posted on 10/2009 By:
To be perfectly honest, I've always liked the idea of supergroups better than the real deal. It's certainly something that's fun to speculate about with friends, but more often than not expectations seem to outweigh reality, ushering in that distinctly unwelcome scent of disappointment. But, as a big fan of modern stoner/doom metal, it would be nearly impossible not to get giddy as a schoolgirl over the prospect of this particular meeting of the minds. A supergroup with an illustrious pedigree that includes The Obsessed, Saint Vitus, Spirit Caravan, The Hidden Hand, Sleep, OM, The Melvins and Neurosis? That's a hesher's version of the 1992 Olympic Dream Team, folks. And anyone with a keen familiarity of the above-mentioned bands has probably spent the last nine or ten months with the "Wino + Scott Kelly + Al Cisneros + Dale Crover = BOING!" formula running over-and-over again through their heads.
And now it's finally here. The shrine is up and the four 60-foot granite busts of these titans stare down upon us from On High. And biblically speaking, "it was good." Not quite something I'd consider facepeelingly kick-ass, but a really good, chill album that reflects the influence of every player present. If I had to guess which of the four I think had the greatest influence on these tunes, however, I'd probably point a finger towards Scott Kelly. His is the only voice found on every tune, and I'd say the atmospherics found throughout the record lean more towards the Neurot Recordings end of the spectrum as opposed to what we've heard from the Wino or Cisneros side of the camp.
"Solar Benediction" bumps from the gate sans any sort of intro with Dale Crover's warm, heavy rhythm pushing right into a nice groove alongside shared vocals between Wino and Kelly. The psychedelic mood that permeates the entire record is initiated early through a fuzzy, wah-wah'ed guitar that slowly leads the tune into nearly 5-minutes of quiet atmospherics. Al's bass casually bubbles, Dale's drums comfortably patter, and Wino and Kelly build layer-upon-layer of snaky, floaty, simple leads; it's an approach used freely throughout the rest of the record in one manner or another as well.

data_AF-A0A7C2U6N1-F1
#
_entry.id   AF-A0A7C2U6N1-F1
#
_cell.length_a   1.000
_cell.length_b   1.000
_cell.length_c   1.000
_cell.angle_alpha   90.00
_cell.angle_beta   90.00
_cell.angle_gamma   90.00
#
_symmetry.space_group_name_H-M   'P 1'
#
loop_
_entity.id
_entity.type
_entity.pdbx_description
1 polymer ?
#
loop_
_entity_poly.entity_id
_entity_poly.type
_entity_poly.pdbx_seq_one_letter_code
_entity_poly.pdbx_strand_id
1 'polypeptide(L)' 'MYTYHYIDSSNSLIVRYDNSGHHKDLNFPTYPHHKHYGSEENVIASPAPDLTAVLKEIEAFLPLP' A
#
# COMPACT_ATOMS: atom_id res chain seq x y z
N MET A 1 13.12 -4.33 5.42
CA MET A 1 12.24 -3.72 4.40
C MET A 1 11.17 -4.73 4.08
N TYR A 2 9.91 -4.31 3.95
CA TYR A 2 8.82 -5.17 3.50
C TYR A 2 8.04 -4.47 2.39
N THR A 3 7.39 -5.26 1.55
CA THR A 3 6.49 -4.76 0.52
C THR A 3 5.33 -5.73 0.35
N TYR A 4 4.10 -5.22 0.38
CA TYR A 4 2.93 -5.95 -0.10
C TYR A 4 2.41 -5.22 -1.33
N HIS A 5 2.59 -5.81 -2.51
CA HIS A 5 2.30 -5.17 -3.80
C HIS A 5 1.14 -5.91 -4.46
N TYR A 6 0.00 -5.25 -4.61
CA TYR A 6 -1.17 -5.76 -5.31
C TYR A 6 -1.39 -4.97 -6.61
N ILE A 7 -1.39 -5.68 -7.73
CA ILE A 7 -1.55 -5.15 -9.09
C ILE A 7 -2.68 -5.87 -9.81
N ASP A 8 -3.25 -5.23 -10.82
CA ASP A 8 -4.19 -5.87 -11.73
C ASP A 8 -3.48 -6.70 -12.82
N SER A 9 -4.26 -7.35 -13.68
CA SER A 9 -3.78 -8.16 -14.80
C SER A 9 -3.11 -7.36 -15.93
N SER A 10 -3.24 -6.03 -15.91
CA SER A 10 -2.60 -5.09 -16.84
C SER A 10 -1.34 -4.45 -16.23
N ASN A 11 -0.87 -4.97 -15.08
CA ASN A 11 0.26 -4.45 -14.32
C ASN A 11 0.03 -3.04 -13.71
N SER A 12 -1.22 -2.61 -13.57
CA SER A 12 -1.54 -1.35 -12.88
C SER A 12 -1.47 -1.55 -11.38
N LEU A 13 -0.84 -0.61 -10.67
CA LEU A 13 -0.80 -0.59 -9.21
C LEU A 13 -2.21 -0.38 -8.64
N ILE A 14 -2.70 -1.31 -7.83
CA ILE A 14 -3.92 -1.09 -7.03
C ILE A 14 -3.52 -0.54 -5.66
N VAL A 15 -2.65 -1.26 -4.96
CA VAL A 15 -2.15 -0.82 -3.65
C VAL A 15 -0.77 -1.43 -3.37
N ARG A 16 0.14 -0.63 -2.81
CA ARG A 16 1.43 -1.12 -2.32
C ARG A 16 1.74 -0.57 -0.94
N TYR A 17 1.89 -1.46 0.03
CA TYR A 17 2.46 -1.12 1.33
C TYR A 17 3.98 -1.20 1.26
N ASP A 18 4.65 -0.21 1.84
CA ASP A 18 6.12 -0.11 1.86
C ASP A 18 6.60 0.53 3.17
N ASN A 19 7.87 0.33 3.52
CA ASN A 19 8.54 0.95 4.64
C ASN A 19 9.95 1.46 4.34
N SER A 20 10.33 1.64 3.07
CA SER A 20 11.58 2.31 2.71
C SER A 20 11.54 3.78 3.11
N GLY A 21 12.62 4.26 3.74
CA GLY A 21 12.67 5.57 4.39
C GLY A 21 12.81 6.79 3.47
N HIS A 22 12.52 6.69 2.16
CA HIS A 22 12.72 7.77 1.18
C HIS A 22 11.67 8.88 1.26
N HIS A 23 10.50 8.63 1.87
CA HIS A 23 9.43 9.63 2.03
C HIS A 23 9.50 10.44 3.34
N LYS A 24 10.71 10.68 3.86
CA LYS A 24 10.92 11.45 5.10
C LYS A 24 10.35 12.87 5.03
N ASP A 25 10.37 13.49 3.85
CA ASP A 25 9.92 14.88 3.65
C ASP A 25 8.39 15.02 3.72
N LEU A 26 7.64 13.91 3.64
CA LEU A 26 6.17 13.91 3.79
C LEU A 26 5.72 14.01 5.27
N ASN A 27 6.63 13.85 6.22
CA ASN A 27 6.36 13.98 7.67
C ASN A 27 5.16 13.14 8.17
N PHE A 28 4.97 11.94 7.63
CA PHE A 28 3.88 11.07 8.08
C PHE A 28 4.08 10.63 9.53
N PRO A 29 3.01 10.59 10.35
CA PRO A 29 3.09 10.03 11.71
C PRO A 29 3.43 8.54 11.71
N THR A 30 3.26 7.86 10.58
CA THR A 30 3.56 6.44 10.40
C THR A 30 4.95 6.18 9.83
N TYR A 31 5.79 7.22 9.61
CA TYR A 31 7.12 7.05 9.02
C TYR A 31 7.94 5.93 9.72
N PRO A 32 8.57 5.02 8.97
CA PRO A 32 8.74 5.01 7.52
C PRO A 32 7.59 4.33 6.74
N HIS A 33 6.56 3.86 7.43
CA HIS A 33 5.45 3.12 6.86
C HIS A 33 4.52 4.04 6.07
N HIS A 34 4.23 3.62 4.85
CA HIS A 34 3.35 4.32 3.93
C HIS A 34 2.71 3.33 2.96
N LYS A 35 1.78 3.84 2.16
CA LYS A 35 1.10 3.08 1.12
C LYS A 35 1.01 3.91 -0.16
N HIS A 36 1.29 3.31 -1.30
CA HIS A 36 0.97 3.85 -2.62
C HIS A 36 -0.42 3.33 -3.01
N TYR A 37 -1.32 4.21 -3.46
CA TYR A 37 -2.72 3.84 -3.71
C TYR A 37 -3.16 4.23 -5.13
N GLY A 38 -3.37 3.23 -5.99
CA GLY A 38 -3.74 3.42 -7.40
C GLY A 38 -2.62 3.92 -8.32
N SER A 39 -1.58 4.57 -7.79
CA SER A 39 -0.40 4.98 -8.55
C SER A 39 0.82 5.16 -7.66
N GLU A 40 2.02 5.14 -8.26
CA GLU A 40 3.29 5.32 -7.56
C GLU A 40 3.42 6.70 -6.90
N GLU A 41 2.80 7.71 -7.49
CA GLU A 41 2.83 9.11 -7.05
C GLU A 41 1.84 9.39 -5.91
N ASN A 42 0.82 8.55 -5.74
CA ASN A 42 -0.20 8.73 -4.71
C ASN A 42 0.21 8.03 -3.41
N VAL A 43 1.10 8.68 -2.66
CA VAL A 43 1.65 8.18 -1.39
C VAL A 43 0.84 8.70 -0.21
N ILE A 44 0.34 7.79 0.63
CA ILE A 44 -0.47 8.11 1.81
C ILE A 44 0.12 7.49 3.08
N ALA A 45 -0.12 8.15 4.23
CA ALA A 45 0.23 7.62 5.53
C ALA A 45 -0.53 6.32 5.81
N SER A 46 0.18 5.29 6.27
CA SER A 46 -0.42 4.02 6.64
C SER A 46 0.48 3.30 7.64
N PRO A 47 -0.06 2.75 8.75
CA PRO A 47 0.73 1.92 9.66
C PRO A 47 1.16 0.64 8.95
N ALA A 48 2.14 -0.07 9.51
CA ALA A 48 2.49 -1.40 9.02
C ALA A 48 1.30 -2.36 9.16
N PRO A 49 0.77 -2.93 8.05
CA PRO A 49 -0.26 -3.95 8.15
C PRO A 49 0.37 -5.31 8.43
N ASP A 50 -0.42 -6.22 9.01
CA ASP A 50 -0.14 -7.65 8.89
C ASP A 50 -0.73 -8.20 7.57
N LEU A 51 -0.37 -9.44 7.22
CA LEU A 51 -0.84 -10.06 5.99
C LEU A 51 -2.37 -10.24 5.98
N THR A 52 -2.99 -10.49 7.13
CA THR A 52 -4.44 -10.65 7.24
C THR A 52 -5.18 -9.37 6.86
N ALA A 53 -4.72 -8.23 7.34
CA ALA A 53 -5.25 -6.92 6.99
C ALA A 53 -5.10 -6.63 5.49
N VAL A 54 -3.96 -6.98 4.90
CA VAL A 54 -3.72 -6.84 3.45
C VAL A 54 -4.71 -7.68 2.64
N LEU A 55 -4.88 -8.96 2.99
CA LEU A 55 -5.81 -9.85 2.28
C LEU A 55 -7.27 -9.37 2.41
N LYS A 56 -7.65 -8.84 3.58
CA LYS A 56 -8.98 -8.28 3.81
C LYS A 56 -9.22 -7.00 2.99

Follow-up, "Pyramid of the Moon", was the first sample thrown down on the band's website, and although I was initially a bit unenthusiastic because of its lazy pace, it's grown on me considerably over the course of the last week. I love the glimmery lead that breaks through the haze near the 4:30 mark, and Cisneros gets a nice opportunity to throw down his cool, meditative stamp for its closing 2-minutes.
Wino's touch is most boldly displayed on "The Architect", with its swaggering, near classic rock start and deliberately slow rhythm at its heart (sidenote: A+ for the wonderful drum sound on this record: it's as close to perfect as you can get). And although Wino takes center stage vocally, Kelly's gruff voice makes for an excellent companion during the song's repeating chorus. A nice long, rippin' lead strikes at the tune's half-way point as well, and it quietly drifts to a close with just Al's sweetly percolating bass -- definitely a song that sounds as if it were ripped from a lost Hidden Hand b-side.
As far as I'm concerned, "Blind for All to See" is really the only true soft-spot on the record, which is a bit of bummer considering it takes up nearly 8-minutes of an already too short album (under 40-minutes). It's also the most wholly mellow, trance-like tune of the bunch, but there's just not enough action going on to save it from simply drifting past without any sort of hook. Perhaps it's best suited for those "staring at heaving walls while tripping balls."
The album ends on a high note with the 9.5-minute jam of "Science of Anger": the only tune to feature vocals from Wino, Kelly and Al at varying stages, and a tune that seems to mix the varying background's of all four players most handily. It starts off much more animated compared to the rest of the offerings, but smoothly pulls to port in its last half with a really nice 'n' hazy, meditative groove augmented by Al's calm, abbot-like vocals and occasional "oooh's and aaaah's" folded into the background.
In the end, reviewing something as hugely anticipated as Shrinebuilder seems almost silly. Anyone who counts themselves a fan of the individual member's other projects is sure to check out the album based purely on the impressive collective pedigree alone, and no hair-brained metal critic will ever stand in the way of that. All I can hope to do is open the forum for further dissection and discussion, which I sincerely hope I've accomplished here. Shrinebuilder is a good psychedelic stoner record well-suited for a lazy, hazy Sunday afternoon, but it's not something that's likely to land on my year-end top ten list as I genuinely hoped it would. Perhaps if the focus fell more towards heavy doom grooves and bright leads and less on establishing a hallucinatory trance? I suppose time will tell. As it stands, I'm definitely left wanting to hear more, and the album does continue to grow tendrils with each passing listen. Should be quite interesting to hear what they come up with next.
Register to post comments.